Undergraduate Institution and Major: Indian Institute of Technology, Kanpur, India -- Physics
Graduate Education: Syracuse University, PhD
1. What inspired you to go into teaching?
Bad teachers I encountered in my college years. When I started teaching at UCSD in 1995, I promised myself that no matter what, I would never be one of those. So far this has worked out.
2. Who is someone that motivated you? Why?
Thousands of years ago the Indian sage-philosophers wrote a beautiful poem called the Song of Creation in the Rig Veda. In this hymn the sages looked up at the sky and speculated on how our universe came into being. Having read this ancient Sanskrit text as a teenager, I decided that I would use modern scientific tools to help answer their wonderment about the origin of our universe. One by one, I am succeeding in answering these questions.
3. If you could have dinner with anyone, alive or deceased, it would it be and why?
Leonardo da Vinci the painter, sculptor, anatomist and an extraordinary inventor and scientist. He is my hero and model for the inter-disciplinary and the all-round development and understanding we all must strive towards for a purposeful life. Pursuing this fantasy, the dinner with him would be over some hot Indian curry (I cook) and a renaissance style Tuscan salad (he brings). The discussion would include how the US should reduce its rapidly increasing financial deficit.
4. What is your favorite book?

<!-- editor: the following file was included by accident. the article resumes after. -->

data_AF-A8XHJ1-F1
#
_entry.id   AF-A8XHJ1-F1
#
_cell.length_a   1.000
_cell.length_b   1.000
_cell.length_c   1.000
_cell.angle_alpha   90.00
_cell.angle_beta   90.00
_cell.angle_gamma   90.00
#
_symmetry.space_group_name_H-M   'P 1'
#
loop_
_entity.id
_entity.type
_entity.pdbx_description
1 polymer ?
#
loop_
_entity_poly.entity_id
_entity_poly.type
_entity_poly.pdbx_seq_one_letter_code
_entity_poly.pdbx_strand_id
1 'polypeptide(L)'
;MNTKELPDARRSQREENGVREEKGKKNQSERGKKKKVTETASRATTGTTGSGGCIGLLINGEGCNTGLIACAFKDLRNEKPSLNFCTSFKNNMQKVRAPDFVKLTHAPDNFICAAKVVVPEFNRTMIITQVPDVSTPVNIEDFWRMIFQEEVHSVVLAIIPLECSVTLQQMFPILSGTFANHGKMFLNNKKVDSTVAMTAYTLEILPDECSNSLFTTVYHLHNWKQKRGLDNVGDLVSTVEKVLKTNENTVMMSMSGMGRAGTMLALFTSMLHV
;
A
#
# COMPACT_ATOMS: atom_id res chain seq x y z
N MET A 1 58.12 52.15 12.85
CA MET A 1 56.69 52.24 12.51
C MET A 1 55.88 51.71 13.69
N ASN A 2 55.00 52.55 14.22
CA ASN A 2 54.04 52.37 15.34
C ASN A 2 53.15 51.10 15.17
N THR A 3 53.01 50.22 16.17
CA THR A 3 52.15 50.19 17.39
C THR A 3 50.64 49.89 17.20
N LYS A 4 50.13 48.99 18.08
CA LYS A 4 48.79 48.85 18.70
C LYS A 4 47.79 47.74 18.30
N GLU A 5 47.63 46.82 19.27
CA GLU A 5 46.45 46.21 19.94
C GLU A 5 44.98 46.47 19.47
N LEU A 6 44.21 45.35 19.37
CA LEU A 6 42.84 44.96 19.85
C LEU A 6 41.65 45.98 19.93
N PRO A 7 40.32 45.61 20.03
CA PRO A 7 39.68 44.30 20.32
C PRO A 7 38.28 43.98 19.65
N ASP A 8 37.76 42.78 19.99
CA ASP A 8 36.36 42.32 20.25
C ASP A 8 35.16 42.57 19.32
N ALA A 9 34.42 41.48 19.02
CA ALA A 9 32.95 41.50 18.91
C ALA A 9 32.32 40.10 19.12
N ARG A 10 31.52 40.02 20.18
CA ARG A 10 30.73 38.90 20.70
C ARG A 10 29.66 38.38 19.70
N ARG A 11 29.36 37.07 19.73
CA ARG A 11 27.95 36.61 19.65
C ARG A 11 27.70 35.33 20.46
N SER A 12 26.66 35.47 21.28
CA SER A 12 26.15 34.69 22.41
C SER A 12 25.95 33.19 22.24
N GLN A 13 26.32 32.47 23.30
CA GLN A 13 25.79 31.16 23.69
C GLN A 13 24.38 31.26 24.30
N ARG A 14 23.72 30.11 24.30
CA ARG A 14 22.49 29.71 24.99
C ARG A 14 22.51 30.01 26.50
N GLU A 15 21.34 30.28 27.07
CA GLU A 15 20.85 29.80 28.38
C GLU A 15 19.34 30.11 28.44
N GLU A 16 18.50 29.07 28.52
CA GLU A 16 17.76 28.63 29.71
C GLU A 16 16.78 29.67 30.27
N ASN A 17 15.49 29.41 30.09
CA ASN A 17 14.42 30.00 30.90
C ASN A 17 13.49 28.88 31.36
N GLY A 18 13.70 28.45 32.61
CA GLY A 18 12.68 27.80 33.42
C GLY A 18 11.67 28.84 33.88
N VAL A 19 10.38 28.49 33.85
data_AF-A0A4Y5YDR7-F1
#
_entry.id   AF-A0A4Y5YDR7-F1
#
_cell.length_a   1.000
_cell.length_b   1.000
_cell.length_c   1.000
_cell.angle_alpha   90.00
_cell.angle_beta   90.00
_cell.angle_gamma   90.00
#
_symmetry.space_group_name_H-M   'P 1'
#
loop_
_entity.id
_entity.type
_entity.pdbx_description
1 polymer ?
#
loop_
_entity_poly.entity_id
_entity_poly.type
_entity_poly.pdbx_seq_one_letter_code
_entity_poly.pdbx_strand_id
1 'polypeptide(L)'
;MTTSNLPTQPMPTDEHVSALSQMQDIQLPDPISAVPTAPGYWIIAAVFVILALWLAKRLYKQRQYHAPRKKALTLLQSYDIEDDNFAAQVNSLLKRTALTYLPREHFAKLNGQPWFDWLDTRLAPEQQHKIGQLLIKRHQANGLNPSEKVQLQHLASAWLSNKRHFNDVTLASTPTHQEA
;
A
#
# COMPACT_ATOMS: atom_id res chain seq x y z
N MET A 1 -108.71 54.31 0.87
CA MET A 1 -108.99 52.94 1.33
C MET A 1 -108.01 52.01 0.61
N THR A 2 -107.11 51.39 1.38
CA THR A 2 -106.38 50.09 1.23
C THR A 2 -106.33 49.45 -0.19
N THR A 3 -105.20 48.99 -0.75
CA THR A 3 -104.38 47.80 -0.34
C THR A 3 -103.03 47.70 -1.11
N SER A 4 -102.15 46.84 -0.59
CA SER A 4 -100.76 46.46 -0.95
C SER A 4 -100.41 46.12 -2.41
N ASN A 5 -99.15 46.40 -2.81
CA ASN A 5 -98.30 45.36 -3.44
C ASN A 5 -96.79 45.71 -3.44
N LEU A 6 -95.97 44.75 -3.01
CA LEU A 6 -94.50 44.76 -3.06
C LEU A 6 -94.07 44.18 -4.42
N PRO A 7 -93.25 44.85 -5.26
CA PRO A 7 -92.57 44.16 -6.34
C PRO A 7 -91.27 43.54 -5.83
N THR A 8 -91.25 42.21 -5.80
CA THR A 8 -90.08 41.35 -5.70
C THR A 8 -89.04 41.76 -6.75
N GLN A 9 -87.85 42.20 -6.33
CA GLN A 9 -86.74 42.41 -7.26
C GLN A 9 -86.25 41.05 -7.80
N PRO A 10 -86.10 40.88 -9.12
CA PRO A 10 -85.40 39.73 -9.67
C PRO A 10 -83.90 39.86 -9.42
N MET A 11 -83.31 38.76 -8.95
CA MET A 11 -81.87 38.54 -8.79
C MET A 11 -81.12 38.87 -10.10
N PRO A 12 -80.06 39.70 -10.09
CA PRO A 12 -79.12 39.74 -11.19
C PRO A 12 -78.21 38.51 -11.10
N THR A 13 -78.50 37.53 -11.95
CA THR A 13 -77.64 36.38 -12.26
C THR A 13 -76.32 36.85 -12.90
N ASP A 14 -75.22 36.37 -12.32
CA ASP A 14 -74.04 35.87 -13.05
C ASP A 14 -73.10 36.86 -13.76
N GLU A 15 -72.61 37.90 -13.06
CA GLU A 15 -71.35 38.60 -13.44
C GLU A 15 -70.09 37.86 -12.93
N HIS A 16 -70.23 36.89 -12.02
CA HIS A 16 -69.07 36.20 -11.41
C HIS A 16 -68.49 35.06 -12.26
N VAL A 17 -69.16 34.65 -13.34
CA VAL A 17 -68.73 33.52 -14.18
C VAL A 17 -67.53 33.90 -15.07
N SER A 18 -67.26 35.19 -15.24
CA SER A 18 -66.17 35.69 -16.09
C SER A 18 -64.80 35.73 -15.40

Too many to mention. These days I don’t have time to read a book that I can’t finish on a 20 hour plane ride from San Diego to Geneva, Switzerland. Because of my little daughter Meera, I discovered Dr. Seuss’s books. They are wonderfully written. I still enjoy them although Meera has grown out of them. To the UCSD students I recommend a book by Thomas Friedman called “The World Is Flat: A Brief History of the Twenty-First Century”. This book should motivate them to prepare towards the reality and challenges from all over the world that face them.
5. Tell me the worst excuse you have ever gotten from a student.
I mostly teach science and engineering majors. They are very good and extremely motivated and understand what they have to do to succeed. I have a lot of respect for them and I know they work very hard while juggling a complicated personal schedule. In the fifteen years of teaching at UCSD, I don’t recall any (hilarious) excuses.
6. What could a student do to impress you?
I want to see that students don’t just memorize the text material. Physics is all about learning problem solving skills. I am very happy when students stop me during lectures and problem solving sessions and ask about what they have not understood. Sometimes they have a more elegant method to understand the logic or solve a problem than what I discussed. This impresses me immensely!
7. What do you enjoy doing in your free time?
Besides playing tennis (challenge rounds with students) and experimenting with cooking all kinds of cuisine, I like to sleep a lot since I shuttle so much between Europe and the US for research reasons. I am constantly jet-lagged!